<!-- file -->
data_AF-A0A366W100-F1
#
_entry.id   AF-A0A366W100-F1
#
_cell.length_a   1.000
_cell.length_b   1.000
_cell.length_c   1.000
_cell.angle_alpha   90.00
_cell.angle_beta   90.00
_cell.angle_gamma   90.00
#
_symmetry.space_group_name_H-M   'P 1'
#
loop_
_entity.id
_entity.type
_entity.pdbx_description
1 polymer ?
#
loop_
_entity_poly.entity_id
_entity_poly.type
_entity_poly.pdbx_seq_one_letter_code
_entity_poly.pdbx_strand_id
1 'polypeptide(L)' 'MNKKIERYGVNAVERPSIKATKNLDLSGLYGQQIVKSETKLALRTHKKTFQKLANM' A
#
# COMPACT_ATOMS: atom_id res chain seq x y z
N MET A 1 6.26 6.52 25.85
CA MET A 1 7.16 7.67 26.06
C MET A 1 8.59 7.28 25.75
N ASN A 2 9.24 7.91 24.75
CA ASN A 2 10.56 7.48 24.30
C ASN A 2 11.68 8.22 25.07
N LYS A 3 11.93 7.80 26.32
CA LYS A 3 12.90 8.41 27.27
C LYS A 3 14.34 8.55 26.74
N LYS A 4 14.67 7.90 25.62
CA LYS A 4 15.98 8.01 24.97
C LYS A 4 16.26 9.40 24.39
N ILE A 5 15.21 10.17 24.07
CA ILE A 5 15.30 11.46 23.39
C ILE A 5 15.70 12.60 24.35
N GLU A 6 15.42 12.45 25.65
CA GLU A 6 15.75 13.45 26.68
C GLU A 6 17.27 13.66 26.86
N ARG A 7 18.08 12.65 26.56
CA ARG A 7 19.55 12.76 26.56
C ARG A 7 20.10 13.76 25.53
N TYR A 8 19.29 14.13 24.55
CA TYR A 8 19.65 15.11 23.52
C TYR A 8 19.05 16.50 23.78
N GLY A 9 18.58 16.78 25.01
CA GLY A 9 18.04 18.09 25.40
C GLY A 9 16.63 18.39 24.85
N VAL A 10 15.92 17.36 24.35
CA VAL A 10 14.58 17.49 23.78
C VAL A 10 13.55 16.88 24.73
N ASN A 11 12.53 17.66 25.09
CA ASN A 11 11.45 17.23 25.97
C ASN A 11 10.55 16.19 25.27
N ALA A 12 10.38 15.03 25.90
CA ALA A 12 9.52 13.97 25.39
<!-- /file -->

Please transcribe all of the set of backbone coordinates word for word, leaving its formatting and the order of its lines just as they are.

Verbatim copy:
data_AF-A0A366W100-F1
#
_entry.id   AF-A0A366W100-F1
#
_cell.length_a   1.000
_cell.length_b   1.000
_cell.length_c   1.000
_cell.angle_alpha   90.00
_cell.angle_beta   90.00
_cell.angle_gamma   90.00
#
_symmetry.space_group_name_H-M   'P 1'
#
loop_
_entity.id
_entity.type
_entity.pdbx_description
1 polymer ?
#
loop_
_entity_poly.entity_id
_entity_poly.type
_entity_poly.pdbx_seq_one_letter_code
_entity_poly.pdbx_strand_id
1 'polypeptide(L)' 'MNKKIERYGVNAVERPSIKATKNLDLSGLYGQQIVKSETKLALRTHKKTFQKLANM' A
#
# COMPACT_ATOMS: atom_id res chain seq x y z
N MET A 1 6.26 6.52 25.85
CA MET A 1 7.16 7.67 26.06
C MET A 1 8.59 7.28 25.75
N ASN A 2 9.24 7.91 24.75
CA ASN A 2 10.56 7.48 24.30
C ASN A 2 11.68 8.22 25.07
N LYS A 3 11.93 7.80 26.32
CA LYS A 3 12.90 8.41 27.27
C LYS A 3 14.34 8.55 26.74
N LYS A 4 14.67 7.90 25.62
CA LYS A 4 15.98 8.01 24.97
C LYS A 4 16.26 9.40 24.39
N ILE A 5 15.21 10.17 24.07
CA ILE A 5 15.30 11.46 23.39
C ILE A 5 15.70 12.60 24.35
N GLU A 6 15.42 12.45 25.65
CA GLU A 6 15.75 13.45 26.68
C GLU A 6 17.27 13.66 26.86
N ARG A 7 18.08 12.65 26.56
CA ARG A 7 19.55 12.76 26.56
C ARG A 7 20.10 13.76 25.53
N TYR A 8 19.29 14.13 24.55
CA TYR A 8 19.65 15.11 23.52
C TYR A 8 19.05 16.50 23.78
N GLY A 9 18.58 16.78 25.01
CA GLY A 9 18.04 18.09 25.40
C GLY A 9 16.63 18.39 24.85
N VAL A 10 15.92 17.36 24.35
CA VAL A 10 14.58 17.49 23.78
C VAL A 10 13.55 16.88 24.73
N ASN A 11 12.53 17.66 25.09
CA ASN A 11 11.45 17.23 25.97
C ASN A 11 10.55 16.19 25.27
N ALA A 12 10.38 15.03 25.90
CA ALA A 12 9.52 13.97 25.39